Crypto Shrugged Review Summary
I have been contacted by two interesting authors J. Lee Porter and Ed Teja regarding Crypto Shrugged book review. The Crypto Shrugged book is available also in Spanish on Amazon store. As we all know that I really like Cryptocurrencies and good reading books about cryptocurrencies then I could not refuse to read the book and write an honest review about it. The most important that I liked from the book authors that they required for the honest book review and my opinion, not paid advertising review to increase book sales.
Crypto Shrugged book perfectly captures the shadows of entrepreneurship. Although it suffers from being over-long, we give this classic of capitalism 8 stars for its philosophical viewpoint.
Insight from Crypto Shrugged
In the review of Crypto Shrugged, authors J. Lee Porter and Ed Teja open a glimpse into the fascinating world of cryptocurrency and international globalization and scheming players pursuing personal objectives to gain power or money. The book draws the reader smoothly into the plot from the first page. It never let’s go, and never disappoints. The narrative is engaging and the dialogue very real. It was a pleasure to come across a novel written with a professional touch. Each character is a distinct personality, and readers will have to make their own judgment whether they like them or not, but the interaction between them and the emotional nuances this generates forms part of the Crypto Shrugged appeal. The work will make the reader pause and think, and some of its conclusions may be arguable, which is one of its objectives. How it all works out, well, you will just have to read the book.
Don’t know much about cryptocurrency?
I confess that prior to reading J. Lee Porter and Ed Teja’s 2018 novel Crypto Shrugged. It pops into the news now and then and my eyes glaze over. But bitcoins and the like are as “real” as any other form of money, which has always depended on the agreement between at least two parties that this paper or that coin (even if it is gold) is worth something. Value can fluctuate or even collapse in a flash, as it’s essentially a matter of faith. Picture those wheelbarrows full of Deutschmarks during the Great Depression, all for a loaf of bread and half a rotten schnitzel, and the similar tales about Confederate dollars at the end of the U.S. Civil War. What if the entire planet mutually decided at this moment that the Japanese yen or a Swiss franc no longer had any value? Without that critical element of trust and respect, it would just be ultra-fancy high-end toilet paper.
In the age of global capitalism and vast international computer networks, where most transactions occur digitally, it would make sense that national currencies are in line to become effectively obsolete, a relic of the past. Never has cash been so unnecessary, as those of you reading this on the Internet know. This could be seen as the dawn of a new era, but in many ways, it is now. I am well aware that most if not all my wealth exist solely in bank computers and nowhere else. That’s not going to fill too many wheelbarrows if the system goes haywire. It’s a system based on trust, elaborate code and interfacing that I don’t understand, and 1s that could quickly turn into 0s.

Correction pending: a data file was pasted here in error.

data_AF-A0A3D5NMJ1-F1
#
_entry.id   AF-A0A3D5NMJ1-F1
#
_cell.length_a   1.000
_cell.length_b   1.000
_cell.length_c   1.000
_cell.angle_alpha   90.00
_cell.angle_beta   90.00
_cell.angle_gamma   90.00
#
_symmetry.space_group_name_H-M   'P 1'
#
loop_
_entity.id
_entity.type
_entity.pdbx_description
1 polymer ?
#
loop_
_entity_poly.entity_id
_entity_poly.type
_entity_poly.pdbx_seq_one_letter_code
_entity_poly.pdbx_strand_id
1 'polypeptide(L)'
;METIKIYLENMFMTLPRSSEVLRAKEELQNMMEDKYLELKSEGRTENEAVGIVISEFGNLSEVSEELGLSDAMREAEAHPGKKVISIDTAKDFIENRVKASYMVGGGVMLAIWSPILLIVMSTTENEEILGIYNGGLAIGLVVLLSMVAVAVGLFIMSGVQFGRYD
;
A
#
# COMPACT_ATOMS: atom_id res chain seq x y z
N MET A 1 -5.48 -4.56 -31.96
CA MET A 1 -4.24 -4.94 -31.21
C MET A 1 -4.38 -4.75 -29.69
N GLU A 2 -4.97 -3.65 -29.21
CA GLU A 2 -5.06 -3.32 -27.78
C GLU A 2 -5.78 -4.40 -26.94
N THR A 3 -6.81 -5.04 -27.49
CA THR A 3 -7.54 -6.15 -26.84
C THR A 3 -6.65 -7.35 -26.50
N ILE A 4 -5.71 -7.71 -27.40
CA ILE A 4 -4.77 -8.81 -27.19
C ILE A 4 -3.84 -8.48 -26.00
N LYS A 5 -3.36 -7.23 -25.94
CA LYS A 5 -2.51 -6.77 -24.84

Porter and Teja’s novel, basically the coder’s equivalent of a spy thriller, shows what’s at stake if the inevitable digital currency of the future is centralized and not open-source—that is, instead of being part of the public record, if it’s controlled by governments, international bodies like the World Bank or IMF, or worse yet, elitist cabals of Illuminati-like one-percenters (or more aptly, the one percent of that one percent). Picture C. Montgomery Burns in the shadows saying excellent and smacking his lips as he takes a tiny slice of every transaction and collects the personal information of every user. E-pennies quickly become millions of digital dollars and the universal database compiled from the transactions can be used for all sorts of nefarious ends. Diabolical algorithmic fingers crawl through our purchase histories, social media accounts. Again, it’s a future that is in many ways already here. Big Brother doesn’t need to google you; he is Google and Facebook and Netflix and Twitter, and on and on.
Standing in resistance to this, if not in plain sight, are the true heroes of Crypto Shrugged, so-called Bitpat anarchists—anonymous “digital nomads” intent not to undermine cryptocurrency but to ensure that it can be functional without being vulnerable and that it doesn’t fall into the wrong hands. As the title suggests, the anarchist spirit behind this is mainly in the tradition of economic libertarianism and Ayn Rand, updated to the realities of the 21st century. If the fearless consumers and investors of our Internet world did want to create a purely cloud-based monetary system, why should the government be allowed to tread upon that? It’s the free market ideal applied to the currency itself. Obviously, though, nations and corporations have a strong interest in preserving what Porter and Teja call the “statist quo” of the “money racket,” thuggishly infringing upon what they believe to be the rights of citizen-consumers, and in labelling bit pat freedom fighters as dangerous, destabilizing terrorists. (The USA Patriot Act, which was mostly used to silence anti-corporate voices and rounds up environmental activists and is still partially in effect, is a clear inspiration for this side of the story.) Wyatt and Rashmi, two of the primary figures in the Tanzania e-currency project that is at the centre of it all, come to see the bit pat light, but it remains to be seen whether they will live to fight and debug another day.